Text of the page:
Sunday, 29 September 2013

Ed Milliband’s big gamble with energy prices and populism

At the Labour Party conference in Brighton this week leader Ed Milliband had to come up with something that would generate a big headline and silence the persistent questions about his leadership abilities. He managed the former, but seems to have pushed the latter under the rug; for now.

In his set piece speech on Tuesday Ed Milliand announced that a Labour government would freeze gas and electric prices for domestic and industrial users for twenty months, he also pledged to split up the big energy companies and subject them to tougher regulation.

This was the big headline in a speech he used to set out how ‘Britain can do better’ under a Labour government. He promised action on what he called the ‘cost of living crisis’. In an attack on the government’s handling of the economy he said, ‘David Cameron talks about a global race. But what he thinks is the only way Britain can win is for you to lose.’

This, he said, had translated into ‘the lowest wages, the worst terms and conditions and the fewest rights at work; a race to the bottom,’ adding that ‘the only way we can win is in a race to the top.’

This was an upbeat and, considering the torrid time not so red Ed has had over the summer, surprisingly confident speech. He looked relaxed and peppered his text with promises to defend the NHS and scrap the ‘bedroom tax’, there were also a number of pointed references to the coalition’s approach to basic economic fairness, the most quoted of which was ‘they used to say a rising tide lifts all boats. Now the rising tide just lifts the yachts.’

All good knock about stuff; but once it had passed his lips the only thing anyone wanted to talk about was that plan to freeze energy prices.

The press, well the right wing press which is pretty much all of it these days, wasn’t madly keen on the idea. To the Daily Mail it was an exercise in ‘schoolboy Marxism’, the Sun howled ‘Red Ed knocks £2billion off shares’; the prospect of our boy Ed being invited round to have a ride on Rupert Murdoch’s horse any time soon seems fairly remote.

Perhaps more worryingly for him Lord Mandelson, the chief architect of the New Labour project decided to throw a few stones at his party leader. He said the plan risked creating a situation where ‘perceptions of the Labour Party are in danger of being dragged backwards’. Yikes if Labour’s own Lord Voldemort thinks it’s a bad idea the little man who is, nominally, running the party ought to be shivering in his shoes and thinking about changing his mind pronto.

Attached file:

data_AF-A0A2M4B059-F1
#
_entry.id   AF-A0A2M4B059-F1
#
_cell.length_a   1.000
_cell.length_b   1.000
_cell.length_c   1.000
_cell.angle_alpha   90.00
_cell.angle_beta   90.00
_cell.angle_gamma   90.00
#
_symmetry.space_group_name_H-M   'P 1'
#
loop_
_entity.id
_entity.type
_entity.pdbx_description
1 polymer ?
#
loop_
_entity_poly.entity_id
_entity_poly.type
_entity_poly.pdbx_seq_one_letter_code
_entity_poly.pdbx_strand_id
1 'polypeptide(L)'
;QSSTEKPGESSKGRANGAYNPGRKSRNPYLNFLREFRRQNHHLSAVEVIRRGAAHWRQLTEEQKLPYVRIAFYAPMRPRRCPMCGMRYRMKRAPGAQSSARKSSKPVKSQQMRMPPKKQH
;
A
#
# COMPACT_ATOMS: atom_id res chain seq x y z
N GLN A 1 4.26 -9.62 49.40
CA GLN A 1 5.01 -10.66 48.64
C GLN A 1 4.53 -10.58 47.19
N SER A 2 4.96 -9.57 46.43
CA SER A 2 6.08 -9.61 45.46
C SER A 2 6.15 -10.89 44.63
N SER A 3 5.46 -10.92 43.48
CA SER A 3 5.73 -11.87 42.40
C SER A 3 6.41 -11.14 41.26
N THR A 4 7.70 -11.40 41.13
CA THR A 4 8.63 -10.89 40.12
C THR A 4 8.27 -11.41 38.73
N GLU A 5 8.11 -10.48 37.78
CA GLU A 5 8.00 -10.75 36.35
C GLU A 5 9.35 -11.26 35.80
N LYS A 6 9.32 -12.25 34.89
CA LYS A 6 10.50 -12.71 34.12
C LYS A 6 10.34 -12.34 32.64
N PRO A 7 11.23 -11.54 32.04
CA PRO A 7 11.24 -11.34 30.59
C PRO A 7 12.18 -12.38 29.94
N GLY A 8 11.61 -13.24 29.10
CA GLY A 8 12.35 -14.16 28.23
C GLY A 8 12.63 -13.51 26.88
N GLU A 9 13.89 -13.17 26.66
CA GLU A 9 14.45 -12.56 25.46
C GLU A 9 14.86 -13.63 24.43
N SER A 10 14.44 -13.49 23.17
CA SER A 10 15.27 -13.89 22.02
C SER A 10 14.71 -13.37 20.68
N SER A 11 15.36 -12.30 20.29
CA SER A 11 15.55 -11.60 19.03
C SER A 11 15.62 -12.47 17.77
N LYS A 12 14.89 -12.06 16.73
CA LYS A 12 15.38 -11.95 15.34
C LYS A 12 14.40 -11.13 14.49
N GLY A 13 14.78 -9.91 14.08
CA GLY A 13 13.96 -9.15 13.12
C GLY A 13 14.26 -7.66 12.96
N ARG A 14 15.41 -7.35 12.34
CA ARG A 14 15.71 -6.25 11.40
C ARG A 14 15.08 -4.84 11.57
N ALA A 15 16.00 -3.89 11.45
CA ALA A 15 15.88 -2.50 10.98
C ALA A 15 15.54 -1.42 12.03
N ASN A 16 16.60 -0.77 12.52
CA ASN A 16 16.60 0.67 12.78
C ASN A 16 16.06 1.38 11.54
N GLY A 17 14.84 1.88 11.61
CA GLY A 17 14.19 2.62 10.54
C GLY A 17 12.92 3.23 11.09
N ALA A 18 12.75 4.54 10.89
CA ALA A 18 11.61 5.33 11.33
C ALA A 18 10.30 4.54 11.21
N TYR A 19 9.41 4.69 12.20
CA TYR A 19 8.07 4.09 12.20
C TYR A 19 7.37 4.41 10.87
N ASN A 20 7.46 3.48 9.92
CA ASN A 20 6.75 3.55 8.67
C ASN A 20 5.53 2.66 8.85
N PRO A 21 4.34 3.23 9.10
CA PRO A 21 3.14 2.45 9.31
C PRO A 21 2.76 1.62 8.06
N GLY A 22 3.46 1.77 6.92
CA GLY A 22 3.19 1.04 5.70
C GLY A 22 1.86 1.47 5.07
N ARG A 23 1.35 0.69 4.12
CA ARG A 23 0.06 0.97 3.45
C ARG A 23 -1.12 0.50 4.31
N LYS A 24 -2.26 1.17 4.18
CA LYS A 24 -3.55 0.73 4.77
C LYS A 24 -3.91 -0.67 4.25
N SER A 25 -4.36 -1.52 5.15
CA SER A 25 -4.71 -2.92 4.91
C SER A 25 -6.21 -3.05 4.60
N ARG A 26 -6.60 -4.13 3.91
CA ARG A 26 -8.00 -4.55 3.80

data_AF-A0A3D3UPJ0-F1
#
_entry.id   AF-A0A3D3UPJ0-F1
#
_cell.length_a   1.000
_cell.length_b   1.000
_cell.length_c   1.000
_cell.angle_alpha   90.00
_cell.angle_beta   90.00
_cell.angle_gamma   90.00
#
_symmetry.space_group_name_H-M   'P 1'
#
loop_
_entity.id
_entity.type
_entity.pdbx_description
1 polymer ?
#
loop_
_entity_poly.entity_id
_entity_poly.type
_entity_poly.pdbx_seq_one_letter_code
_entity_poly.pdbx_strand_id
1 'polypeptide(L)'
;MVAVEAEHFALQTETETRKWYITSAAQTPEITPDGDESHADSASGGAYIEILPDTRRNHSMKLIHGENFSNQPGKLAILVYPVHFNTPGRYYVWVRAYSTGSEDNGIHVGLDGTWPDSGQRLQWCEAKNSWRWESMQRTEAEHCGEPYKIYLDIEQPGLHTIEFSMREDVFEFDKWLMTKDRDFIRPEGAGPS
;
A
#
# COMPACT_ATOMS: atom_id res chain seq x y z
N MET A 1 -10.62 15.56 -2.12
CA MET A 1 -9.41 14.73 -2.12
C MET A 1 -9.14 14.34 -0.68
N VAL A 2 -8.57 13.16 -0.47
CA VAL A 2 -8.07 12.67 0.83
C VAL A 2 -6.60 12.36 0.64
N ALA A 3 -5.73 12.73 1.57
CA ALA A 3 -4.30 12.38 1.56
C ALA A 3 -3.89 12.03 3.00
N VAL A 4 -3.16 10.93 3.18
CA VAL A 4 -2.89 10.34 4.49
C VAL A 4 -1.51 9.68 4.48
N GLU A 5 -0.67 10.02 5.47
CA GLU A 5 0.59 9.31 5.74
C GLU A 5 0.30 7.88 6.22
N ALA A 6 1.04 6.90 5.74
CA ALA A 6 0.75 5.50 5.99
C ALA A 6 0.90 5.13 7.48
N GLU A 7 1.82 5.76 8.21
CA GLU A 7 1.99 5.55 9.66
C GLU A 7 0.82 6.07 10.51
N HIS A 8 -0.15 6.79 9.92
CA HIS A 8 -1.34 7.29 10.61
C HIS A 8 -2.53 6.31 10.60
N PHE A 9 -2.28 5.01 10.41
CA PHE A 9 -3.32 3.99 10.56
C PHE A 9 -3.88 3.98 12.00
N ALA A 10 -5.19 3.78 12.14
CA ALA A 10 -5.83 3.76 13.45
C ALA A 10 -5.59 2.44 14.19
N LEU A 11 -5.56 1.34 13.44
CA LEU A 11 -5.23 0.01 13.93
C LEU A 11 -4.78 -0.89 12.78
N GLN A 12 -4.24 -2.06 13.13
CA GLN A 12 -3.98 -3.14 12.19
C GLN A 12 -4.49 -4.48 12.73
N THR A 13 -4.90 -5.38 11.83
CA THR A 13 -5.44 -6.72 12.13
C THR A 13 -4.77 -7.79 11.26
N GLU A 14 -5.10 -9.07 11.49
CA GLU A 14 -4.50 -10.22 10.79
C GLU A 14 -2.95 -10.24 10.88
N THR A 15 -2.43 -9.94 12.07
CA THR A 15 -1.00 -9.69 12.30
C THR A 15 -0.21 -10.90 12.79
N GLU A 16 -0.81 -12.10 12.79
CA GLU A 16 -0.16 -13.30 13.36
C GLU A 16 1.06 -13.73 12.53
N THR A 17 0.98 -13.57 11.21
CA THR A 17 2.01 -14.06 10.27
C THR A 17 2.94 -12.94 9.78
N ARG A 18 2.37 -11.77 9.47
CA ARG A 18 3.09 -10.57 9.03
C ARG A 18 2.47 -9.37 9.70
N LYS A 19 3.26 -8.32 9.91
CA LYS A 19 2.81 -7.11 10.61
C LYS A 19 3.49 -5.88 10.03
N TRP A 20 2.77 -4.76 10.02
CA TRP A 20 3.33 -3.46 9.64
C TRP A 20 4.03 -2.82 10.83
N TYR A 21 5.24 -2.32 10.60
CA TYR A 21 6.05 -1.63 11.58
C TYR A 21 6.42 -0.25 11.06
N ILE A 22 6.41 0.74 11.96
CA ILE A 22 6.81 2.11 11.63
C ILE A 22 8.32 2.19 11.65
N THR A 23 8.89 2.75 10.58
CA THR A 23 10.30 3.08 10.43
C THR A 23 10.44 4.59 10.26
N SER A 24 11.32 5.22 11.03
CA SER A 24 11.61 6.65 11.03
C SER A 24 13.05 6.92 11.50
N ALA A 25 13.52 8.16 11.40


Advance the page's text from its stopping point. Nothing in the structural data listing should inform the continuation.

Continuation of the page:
To his credit Ed Milliband was unrepentant saying it was his job to ‘stand up for the public interest’ and comparing the opposition from the energy companies to the behaviour of the banks who ‘used to threaten and conjure up scare stories’ whenever they couldn’t get their own way.

The public certainly seem to have responded positively to the policy, a YouGov poll gives Labour a nine point lead over the Tories and Ed Milliband’s personal approval rating has risen from 21% to 26%. It’s all good then, the energy companies aren’t well loved and bashing them is a sure fire way to make friends; what could possibly go wrong?

Quite a lot unfortunately, for a start by announcing such a radical policy so far in advance of the next election there is a risk he has robbed it of much of its potency. However popular freezing energy prices and breaking up the big energy companies may be now there is no guarantee the public will still be talking about it in 2015.

There is also the small matter of governments seldom making a good job of trying to control prices. In fact the mere suggestion that a prospective Labour one would give it a go might be all the prompting the energy companies need to hike prices as much as they can and cut investment to the bone all in the name of protecting the interests of their shareholders.

As for breaking up the big energy companies that will make little difference if they continue to operate in the same rapacious way. A more radical, perhaps too radical for Labour, plan would be to force them to become co-operatives owned by their customers rather than city shareholders and obliged to operate to high ethical standards including making a genuine commitment to moving towards renewable energy.

The populism of which this policy reeks may well prove to be illusory, Red Ed is riding high now but consider the case of Nick Clegg, for a short while back in 2010 he was the most popular politician ever, based solely on the fact that he could stand upright and speak at the same time. Fast forward a few months and a mixture of the compromises that are an inevitable part of being in government and his own poor judgement had made him less popular than typhoid, the same thing could happen to Ed Milliband.

Once the glow of public popularity has faded the old questions about Ed Milliband’s leadership abilities and his party’s lack of policies will still be there. As will the feeling that nothing he has said this week has provided an answer.

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